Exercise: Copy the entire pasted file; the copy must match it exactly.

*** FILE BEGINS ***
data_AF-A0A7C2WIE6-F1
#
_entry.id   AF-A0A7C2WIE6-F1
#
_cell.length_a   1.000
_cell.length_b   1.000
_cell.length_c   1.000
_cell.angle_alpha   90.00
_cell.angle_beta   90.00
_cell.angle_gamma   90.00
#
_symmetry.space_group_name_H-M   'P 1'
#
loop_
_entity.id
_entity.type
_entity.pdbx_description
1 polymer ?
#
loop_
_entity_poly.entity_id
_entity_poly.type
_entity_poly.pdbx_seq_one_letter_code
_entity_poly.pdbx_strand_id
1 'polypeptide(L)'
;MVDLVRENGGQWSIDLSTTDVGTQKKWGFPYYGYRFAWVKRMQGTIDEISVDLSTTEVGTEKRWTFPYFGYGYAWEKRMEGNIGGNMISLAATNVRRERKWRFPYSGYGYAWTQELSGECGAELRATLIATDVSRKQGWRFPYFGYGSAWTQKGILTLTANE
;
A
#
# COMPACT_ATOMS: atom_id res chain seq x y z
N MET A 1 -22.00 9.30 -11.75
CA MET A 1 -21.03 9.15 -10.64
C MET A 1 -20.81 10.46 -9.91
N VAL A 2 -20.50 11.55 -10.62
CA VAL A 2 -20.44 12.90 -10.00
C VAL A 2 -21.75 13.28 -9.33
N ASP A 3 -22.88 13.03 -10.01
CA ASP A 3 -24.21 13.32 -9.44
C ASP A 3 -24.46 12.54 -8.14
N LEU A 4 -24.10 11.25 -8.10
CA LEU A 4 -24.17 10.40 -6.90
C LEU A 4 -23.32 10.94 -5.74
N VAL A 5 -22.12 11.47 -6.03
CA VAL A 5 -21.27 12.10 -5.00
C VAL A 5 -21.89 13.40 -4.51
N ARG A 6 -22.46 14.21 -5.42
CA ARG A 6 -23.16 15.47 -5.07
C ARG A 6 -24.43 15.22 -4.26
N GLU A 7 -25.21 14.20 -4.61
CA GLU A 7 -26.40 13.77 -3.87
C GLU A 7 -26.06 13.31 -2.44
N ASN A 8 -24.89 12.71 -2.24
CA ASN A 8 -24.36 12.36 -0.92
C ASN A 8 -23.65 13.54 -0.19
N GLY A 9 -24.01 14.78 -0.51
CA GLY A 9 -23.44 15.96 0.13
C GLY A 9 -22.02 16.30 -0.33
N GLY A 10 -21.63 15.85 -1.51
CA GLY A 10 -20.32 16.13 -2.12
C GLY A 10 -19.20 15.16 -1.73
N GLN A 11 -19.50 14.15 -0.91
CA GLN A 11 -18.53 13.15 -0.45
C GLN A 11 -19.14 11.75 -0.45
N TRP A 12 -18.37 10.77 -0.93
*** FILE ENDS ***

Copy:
data_AF-A0A7C2WIE6-F1
#
_entry.id   AF-A0A7C2WIE6-F1
#
_cell.length_a   1.000
_cell.length_b   1.000
_cell.length_c   1.000
_cell.angle_alpha   90.00
_cell.angle_beta   90.00
_cell.angle_gamma   90.00
#
_symmetry.space_group_name_H-M   'P 1'
#
loop_
_entity.id
_entity.type
_entity.pdbx_description
1 polymer ?
#
loop_
_entity_poly.entity_id
_entity_poly.type
_entity_poly.pdbx_seq_one_letter_code
_entity_poly.pdbx_strand_id
1 'polypeptide(L)'
;MVDLVRENGGQWSIDLSTTDVGTQKKWGFPYYGYRFAWVKRMQGTIDEISVDLSTTEVGTEKRWTFPYFGYGYAWEKRMEGNIGGNMISLAATNVRRERKWRFPYSGYGYAWTQELSGECGAELRATLIATDVSRKQGWRFPYFGYGSAWTQKGILTLTANE
;
A
#
# COMPACT_ATOMS: atom_id res chain seq x y z
N MET A 1 -22.00 9.30 -11.75
CA MET A 1 -21.03 9.15 -10.64
C MET A 1 -20.81 10.46 -9.91
N VAL A 2 -20.50 11.55 -10.62
CA VAL A 2 -20.44 12.90 -10.00
C VAL A 2 -21.75 13.28 -9.33
N ASP A 3 -22.88 13.03 -10.01
CA ASP A 3 -24.21 13.32 -9.44
C ASP A 3 -24.46 12.54 -8.14
N LEU A 4 -24.10 11.25 -8.10
CA LEU A 4 -24.17 10.40 -6.90
C LEU A 4 -23.32 10.94 -5.74
N VAL A 5 -22.12 11.47 -6.03
CA VAL A 5 -21.27 12.10 -5.00
C VAL A 5 -21.89 13.40 -4.51
N ARG A 6 -22.46 14.21 -5.42
CA ARG A 6 -23.16 15.47 -5.07
C ARG A 6 -24.43 15.22 -4.26
N GLU A 7 -25.21 14.20 -4.61
CA GLU A 7 -26.40 13.77 -3.87
C GLU A 7 -26.06 13.31 -2.44
N ASN A 8 -24.89 12.71 -2.24
CA ASN A 8 -24.36 12.36 -0.92
C ASN A 8 -23.65 13.54 -0.19
N GLY A 9 -24.01 14.78 -0.51
CA GLY A 9 -23.44 15.96 0.13
C GLY A 9 -22.02 16.30 -0.33
N GLY A 10 -21.63 15.85 -1.51
CA GLY A 10 -20.32 16.13 -2.12
C GLY A 10 -19.20 15.16 -1.73
N GLN A 11 -19.50 14.15 -0.91
CA GLN A 11 -18.53 13.15 -0.45
C GLN A 11 -19.14 11.75 -0.45
N TRP A 12 -18.37 10.77 -0.93